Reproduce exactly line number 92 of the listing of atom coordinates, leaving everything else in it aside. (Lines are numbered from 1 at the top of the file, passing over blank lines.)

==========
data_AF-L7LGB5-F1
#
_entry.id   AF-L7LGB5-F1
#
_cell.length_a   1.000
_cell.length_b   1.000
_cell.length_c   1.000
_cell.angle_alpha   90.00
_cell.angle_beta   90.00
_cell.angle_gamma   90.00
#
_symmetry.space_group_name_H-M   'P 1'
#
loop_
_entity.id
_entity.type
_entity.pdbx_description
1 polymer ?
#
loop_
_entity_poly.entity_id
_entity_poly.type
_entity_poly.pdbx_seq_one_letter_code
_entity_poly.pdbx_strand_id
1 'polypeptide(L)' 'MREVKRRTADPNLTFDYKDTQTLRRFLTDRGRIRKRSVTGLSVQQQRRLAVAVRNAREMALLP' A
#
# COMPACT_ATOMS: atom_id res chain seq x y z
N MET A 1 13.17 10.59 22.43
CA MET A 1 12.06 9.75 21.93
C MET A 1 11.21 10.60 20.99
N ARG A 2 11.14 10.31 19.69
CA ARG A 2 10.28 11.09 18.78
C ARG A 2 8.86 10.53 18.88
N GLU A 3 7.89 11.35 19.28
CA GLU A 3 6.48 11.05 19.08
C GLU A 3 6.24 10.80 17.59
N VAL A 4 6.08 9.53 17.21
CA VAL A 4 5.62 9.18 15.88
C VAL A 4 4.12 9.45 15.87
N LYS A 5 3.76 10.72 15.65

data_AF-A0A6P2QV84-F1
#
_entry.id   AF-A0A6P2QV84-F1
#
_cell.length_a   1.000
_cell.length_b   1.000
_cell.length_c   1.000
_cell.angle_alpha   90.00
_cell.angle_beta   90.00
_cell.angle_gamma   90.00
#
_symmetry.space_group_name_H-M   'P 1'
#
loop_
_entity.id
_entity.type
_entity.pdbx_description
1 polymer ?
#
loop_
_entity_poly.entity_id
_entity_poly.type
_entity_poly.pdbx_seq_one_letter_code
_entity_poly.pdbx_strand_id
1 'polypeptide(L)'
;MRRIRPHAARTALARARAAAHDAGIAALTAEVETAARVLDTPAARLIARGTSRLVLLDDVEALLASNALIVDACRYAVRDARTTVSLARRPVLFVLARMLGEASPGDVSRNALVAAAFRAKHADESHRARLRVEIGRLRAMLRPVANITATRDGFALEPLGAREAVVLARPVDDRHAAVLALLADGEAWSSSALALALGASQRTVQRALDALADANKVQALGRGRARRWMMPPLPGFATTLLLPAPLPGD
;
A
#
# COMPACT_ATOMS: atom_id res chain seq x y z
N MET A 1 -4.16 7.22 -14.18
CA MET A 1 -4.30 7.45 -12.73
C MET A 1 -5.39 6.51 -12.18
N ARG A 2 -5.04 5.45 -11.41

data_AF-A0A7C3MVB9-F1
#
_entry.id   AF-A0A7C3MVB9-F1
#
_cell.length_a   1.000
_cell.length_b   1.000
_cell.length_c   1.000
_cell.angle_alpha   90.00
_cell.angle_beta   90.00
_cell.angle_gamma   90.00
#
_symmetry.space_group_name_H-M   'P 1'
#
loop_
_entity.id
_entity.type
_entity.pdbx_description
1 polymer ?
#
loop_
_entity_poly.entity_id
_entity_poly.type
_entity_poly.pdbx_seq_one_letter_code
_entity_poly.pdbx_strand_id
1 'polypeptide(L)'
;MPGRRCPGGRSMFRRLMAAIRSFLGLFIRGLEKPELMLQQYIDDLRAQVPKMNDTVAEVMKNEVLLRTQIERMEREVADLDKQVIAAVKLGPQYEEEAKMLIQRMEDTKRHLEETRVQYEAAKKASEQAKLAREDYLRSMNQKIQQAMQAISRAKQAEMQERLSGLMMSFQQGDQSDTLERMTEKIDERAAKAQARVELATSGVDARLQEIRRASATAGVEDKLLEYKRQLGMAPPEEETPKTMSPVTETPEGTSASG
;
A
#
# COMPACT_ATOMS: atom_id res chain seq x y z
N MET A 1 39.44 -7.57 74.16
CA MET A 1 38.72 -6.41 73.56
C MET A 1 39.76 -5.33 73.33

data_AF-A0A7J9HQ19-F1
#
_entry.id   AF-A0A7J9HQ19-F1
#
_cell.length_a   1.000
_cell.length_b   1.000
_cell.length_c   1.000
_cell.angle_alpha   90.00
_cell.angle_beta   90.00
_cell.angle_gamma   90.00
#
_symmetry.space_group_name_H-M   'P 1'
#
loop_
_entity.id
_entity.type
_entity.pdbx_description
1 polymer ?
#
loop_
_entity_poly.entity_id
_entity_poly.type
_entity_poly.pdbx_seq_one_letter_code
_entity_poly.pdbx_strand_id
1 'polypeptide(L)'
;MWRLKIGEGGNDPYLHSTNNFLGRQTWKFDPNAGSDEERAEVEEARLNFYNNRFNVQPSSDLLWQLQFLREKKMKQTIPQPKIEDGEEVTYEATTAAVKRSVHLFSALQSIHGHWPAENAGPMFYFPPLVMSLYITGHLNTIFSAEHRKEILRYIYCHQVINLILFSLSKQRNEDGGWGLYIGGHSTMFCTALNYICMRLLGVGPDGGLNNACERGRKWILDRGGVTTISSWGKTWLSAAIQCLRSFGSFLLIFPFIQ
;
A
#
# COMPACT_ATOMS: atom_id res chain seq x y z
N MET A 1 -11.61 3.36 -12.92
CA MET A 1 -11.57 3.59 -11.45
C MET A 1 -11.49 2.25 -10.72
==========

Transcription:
1 polymer ?